Fertility of plants of crossed and self-fertilised parentage, both lots being fertilised in the same manner. Fertility of the parent-plants when first crossed and self-fertilised, and of their crossed and self-fertilised offspring when again crossed and self-fertilised. Comparison of the fertility of flowers fertilised with their own pollen and with that from other flowers on the same plant. Self-sterile plants. Causes of self-sterility. The appearance of highly self-fertile varieties. Self-fertilisation apparently in some respects beneficial, independently of the assured production of seeds. Relative weights and rates of germination of seeds from crossed and self-fertilised flowers.
The present chapter is devoted to the Fertility of plants, as influenced by cross-fertilisation and self-fertilisation. The subject consists of two distinct branches; firstly, the relative productiveness or fertility of flowers crossed with pollen from a distinct plant and with their own pollen, as shown by the proportional number of capsules which they produce, together with the number of the contained seeds. Secondly, the degree of innate fertility or sterility of the seedlings raised from crossed and self-fertilised seeds; such seedlings being of the same age, grown under the same conditions, and fertilised in the same manner. These two branches of the subject correspond with the two which have to be considered by any one treating of hybrid plants; namely, in the first place the comparative productiveness of a species when fertilised with pollen from a distinct species and with its own pollen; and in the second place, the fertility of its hybrid offspring. These two classes of cases do not always run parallel; thus some plants, as Gartner has shown, can be crossed with great ease, but yield excessively sterile hybrids; while others are crossed with extreme difficulty, but yield fairly fertile hybrids.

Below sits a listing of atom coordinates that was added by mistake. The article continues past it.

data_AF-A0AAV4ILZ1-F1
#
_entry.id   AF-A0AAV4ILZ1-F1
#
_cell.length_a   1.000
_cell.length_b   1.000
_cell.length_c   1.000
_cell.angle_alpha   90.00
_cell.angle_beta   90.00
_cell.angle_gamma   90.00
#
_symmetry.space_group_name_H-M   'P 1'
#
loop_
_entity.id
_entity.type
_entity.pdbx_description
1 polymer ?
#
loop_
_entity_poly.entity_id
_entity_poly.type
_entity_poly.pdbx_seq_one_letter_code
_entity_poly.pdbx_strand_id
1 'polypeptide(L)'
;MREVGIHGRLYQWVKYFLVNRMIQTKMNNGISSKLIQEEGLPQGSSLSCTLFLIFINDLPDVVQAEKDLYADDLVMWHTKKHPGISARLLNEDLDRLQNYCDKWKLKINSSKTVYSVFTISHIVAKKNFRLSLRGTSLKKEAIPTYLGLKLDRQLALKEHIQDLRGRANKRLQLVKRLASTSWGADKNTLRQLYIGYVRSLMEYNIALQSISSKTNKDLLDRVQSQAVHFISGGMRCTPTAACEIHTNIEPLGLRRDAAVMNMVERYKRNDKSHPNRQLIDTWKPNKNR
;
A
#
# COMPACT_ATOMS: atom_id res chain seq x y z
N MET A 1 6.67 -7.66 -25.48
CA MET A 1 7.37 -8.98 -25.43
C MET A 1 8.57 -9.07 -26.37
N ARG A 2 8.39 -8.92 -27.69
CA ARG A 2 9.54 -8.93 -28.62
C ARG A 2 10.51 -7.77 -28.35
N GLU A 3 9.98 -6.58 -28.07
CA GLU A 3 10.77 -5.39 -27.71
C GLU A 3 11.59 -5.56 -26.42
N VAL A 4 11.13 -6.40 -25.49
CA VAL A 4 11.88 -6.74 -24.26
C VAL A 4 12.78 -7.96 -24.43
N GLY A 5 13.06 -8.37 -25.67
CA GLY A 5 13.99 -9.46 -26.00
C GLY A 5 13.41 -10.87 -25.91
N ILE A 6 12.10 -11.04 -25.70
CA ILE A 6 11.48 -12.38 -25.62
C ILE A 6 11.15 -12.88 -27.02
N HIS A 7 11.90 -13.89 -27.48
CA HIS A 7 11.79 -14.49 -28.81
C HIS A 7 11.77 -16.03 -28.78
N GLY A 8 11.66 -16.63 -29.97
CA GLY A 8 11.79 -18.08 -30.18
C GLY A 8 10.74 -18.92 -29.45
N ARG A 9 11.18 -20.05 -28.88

The natural order to follow in this chapter would have been first to consider the effects on the fertility of the parent-plants of crossing them, and of fertilising them with their own pollen; but as we have discussed in the two last chapters the relative height, weight, and constitutional vigour of crossed and self-fertilised plants—that is, of plants raised from crossed and self-fertilised seeds—it will be convenient here first to consider their relative fertility. The cases observed by me are given in Table 9/D, in which plants of crossed and self-fertilised parentage were left to fertilise themselves, being either crossed by insects or spontaneously self-fertilised. It should be observed that the results cannot be considered as fully trustworthy, for the fertility of a plant is a most variable element, depending on its age, health, nature of the soil, amount of water given, and temperature to which it is exposed. The number of the capsules produced and the number of the contained seeds, ought to have been ascertained on a large number